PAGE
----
Essay Exam #3 Symbolic interactionism is a sociological viewpoint that has shaped various matters of the practice as we know it today. Social interactionism particular focus is based on how individuals learn to interpret and also gives meaning to the world through interaction with others. The term “symbolic interactionism” is remotely used to distinguish the study of human life and conduct.
It has been argued by sociologist that this has a micro approach and doesn’t stipulate any macro substance or in other words this philosophy concentrates more on the individual than society as a whole hich raised controversy over time. This practice has been heavily influenced by George Herbert Mead George H. Mead, American philosopher and social theorist, was one of the most prolific and profound fgures in classical American pragmatism.
Mead is considered to be the father of symbolic interactionism in sociology even though he never released a monograph until after his death which was published by the assemblage of his students from various notes and unrevealed documents. Mead was widely known for his work on the nature of self and inter-sub]ectivity hich is based on the vital disputation that the self is a social nascent. The concept of social self delicately entails that individuals are the cause of social interaction and not by rational or natal pre-requirements of that interaction.
The self has a character which is different from that of the physiological organism proper. The self is something which has a development; it is not initially there, at birth, but arises in the process of social experience and activity, that is, develops in the given individual as a esult of his relations to that process as a whole and to other individuals within that process. The intelligence of the lower forms of animal life, like a great deal of human intelligence, does not involve self.
In our habitual actions, for example, in our moving about in the world that is simply there and to which we are so adjusted that no thinking is involved, there is a certain amount of sensuous experience such as persons have when they are Just waking up, a bare thereness in the world (Self 347). Mead describes self as being more attentive to reflection of one’s identity but also rings notice that the body is completely separate and independent for example, Mead made note that “we can lose parts of our body without any serious invasion of the self” it is only a mere social experience but self has completely detached from it.
Self develops uniquely through social experience and by the experience exchanges symbols like language to convey meaning that affects the individual self and not the physical body. Mead also believed that social experience alters one seeing them as others do or “taking the role of the other’ but too understanding the role of the other ltimately indicating outcome of self-awareness. He speculated that there is a functioning “l” self and an objective “me” self.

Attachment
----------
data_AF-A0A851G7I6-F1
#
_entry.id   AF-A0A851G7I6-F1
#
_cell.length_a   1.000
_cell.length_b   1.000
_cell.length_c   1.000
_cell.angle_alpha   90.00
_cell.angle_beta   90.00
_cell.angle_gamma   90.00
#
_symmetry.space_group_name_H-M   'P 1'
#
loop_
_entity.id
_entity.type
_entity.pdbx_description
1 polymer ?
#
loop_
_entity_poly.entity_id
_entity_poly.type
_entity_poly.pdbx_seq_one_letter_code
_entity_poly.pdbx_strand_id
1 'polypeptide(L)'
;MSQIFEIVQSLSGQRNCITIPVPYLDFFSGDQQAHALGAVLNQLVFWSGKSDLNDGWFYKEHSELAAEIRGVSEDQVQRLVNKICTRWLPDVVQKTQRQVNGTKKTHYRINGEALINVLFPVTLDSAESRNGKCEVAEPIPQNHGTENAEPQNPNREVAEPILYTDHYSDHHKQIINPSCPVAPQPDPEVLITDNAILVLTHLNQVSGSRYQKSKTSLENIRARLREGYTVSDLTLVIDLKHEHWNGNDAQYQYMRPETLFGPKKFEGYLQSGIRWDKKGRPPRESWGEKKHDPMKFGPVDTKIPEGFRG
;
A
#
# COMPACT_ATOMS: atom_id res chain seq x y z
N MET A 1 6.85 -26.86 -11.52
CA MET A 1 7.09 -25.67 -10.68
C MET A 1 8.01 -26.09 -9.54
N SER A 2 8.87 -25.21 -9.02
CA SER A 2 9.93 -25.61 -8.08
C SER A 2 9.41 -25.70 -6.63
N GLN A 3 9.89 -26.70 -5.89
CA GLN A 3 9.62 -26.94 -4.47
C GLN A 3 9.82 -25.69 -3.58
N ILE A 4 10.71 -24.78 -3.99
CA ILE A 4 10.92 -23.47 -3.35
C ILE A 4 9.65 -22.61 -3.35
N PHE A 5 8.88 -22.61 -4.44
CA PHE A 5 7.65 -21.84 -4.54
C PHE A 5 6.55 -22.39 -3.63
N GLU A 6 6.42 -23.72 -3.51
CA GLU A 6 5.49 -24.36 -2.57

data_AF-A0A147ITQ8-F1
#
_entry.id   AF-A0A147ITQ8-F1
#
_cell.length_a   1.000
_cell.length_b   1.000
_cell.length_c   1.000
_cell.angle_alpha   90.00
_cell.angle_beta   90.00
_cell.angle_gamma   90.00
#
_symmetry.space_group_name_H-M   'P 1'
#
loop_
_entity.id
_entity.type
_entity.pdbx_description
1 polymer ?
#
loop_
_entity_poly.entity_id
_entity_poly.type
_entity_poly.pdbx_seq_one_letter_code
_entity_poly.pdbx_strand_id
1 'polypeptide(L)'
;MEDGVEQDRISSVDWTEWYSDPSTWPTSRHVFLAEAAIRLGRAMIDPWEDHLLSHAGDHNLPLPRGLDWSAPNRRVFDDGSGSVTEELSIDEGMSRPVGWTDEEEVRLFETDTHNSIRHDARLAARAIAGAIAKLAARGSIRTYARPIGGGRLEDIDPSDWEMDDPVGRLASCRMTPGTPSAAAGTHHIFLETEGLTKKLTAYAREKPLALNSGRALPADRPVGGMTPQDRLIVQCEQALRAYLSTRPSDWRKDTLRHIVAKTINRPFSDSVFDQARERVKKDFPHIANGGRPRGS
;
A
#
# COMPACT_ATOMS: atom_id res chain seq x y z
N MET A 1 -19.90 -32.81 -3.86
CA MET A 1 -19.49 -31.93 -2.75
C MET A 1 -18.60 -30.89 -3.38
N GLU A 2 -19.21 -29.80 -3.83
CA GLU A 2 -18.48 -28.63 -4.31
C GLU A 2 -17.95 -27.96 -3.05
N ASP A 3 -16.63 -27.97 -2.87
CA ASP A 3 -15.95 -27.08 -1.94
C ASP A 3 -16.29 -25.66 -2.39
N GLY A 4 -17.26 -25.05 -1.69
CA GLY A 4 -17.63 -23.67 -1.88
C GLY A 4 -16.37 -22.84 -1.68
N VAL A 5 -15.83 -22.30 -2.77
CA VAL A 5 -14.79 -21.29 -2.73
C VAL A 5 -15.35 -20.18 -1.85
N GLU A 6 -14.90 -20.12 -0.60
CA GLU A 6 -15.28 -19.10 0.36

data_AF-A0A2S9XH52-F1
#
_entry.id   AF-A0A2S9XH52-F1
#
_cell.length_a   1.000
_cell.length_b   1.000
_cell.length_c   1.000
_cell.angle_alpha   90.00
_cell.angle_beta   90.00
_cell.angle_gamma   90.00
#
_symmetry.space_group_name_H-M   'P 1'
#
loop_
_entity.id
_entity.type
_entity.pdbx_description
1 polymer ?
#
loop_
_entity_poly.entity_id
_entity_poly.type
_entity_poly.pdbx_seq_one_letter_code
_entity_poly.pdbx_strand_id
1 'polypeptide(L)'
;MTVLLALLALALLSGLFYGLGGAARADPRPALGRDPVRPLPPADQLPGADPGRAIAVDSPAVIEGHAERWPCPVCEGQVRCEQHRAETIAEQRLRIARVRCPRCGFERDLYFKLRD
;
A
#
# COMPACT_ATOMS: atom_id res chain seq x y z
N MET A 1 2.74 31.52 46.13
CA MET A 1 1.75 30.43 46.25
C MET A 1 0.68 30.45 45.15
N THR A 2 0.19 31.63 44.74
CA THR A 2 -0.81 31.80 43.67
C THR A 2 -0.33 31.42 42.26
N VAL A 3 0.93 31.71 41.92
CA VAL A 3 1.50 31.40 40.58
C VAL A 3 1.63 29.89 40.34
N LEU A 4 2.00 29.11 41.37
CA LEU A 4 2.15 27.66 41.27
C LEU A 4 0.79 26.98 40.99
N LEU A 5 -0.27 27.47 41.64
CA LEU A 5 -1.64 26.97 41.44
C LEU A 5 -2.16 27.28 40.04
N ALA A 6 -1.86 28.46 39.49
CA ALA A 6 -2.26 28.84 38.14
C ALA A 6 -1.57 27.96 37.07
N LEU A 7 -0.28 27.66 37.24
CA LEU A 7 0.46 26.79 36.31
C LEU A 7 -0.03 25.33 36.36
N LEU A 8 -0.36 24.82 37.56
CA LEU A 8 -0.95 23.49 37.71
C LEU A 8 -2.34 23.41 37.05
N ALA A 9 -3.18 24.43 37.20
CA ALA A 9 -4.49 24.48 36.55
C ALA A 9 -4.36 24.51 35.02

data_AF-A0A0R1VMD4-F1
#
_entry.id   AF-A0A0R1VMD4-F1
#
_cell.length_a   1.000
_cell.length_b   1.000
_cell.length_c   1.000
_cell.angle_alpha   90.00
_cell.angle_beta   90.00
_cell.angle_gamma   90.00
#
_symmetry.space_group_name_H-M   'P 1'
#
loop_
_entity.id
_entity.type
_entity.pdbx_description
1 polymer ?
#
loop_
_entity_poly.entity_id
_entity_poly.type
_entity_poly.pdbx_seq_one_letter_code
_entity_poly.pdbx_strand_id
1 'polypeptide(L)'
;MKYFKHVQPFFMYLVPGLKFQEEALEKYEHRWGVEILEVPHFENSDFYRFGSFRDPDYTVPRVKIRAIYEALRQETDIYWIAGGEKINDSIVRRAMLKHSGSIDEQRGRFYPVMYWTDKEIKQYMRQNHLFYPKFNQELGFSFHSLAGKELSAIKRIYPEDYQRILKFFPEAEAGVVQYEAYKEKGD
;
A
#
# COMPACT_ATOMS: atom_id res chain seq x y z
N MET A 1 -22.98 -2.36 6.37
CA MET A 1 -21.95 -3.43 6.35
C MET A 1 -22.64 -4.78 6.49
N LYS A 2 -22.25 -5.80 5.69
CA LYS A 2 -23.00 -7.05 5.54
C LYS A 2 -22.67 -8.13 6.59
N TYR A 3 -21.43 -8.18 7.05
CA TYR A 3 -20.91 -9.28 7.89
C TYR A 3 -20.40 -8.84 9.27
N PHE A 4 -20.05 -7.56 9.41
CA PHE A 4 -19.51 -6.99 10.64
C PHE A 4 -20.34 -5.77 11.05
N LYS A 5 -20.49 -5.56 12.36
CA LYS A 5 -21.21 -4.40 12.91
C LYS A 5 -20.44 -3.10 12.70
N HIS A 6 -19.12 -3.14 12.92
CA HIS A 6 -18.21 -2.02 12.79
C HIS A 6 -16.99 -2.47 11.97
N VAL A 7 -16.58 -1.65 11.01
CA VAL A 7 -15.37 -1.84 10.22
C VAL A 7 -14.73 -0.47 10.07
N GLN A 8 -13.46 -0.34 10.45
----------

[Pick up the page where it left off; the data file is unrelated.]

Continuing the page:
The “l” is operating and instigates action while on the other hand the “me” prolongs, intervenes, or modifies action depending on how others react. In comparison to Mead, his earlier correspondents In tnelr enslavement. I ne traaltlonal Idea 0T tneory Is Dasea on sclentlTlc as carrlea on within the division of labor at a particular stage in the latter’s development. It corresponds to the activity of the scholar which takes place alongside all the other ctivities of a society but in no immediately clear connection with them.
In this view of theory, therefore, the real social function of science is not made manifest; it speaks not of what theory means in human life, but only of what it means in the isolated sphere in which for historical reasons it comes into existence (Critical Theory 428). The traditional theory refers to propositions whose legitimacy lies in its resemblance with an object already instituted prior to the act of; this theory considers the subject to be the passive element of the act of knowing.
In contrast to critical theory, which considers that both science and reality is the product of social effectuation or in other words the subject and object of knowledge find themselves socially executed. In relations to Marx, Weber, and Durkheim all correlate in very different but similar ways. Karl Marx was quite simple due to the Horkheimer based many of his ideologies on Marxism to begin with and by following Marx he was concerned with the conditions that allow for social change and the formation on institutions.
Their rominence on the critical element of theory was derived substantially from their effort to overcome the restrictions of positivism, materialism, and determinism. In comparison Weber is their concept for reality and science; Weber acknowledges the subjective values that influence the disposition of facts within the scientific method and by doing so, the impact the scientific process has beyond the selection of subject matter the process of conceptualization. Emile Durkheim borders on what has come to be known as critical theory.
He implies that intellectual anomie causes pain and suffering to entire social body not Just to the working class but can also lead to suicide. They both believed that the physical science is endowed with so called objectivity, but emptied of human content, but only as ideology, at the expense of truth. In conclusion, Horkheimer concept on traditional and critical theory configures two very important aspects of society, the critique and change verses the understanding and explaining and still to this day is still problematic in sociological society.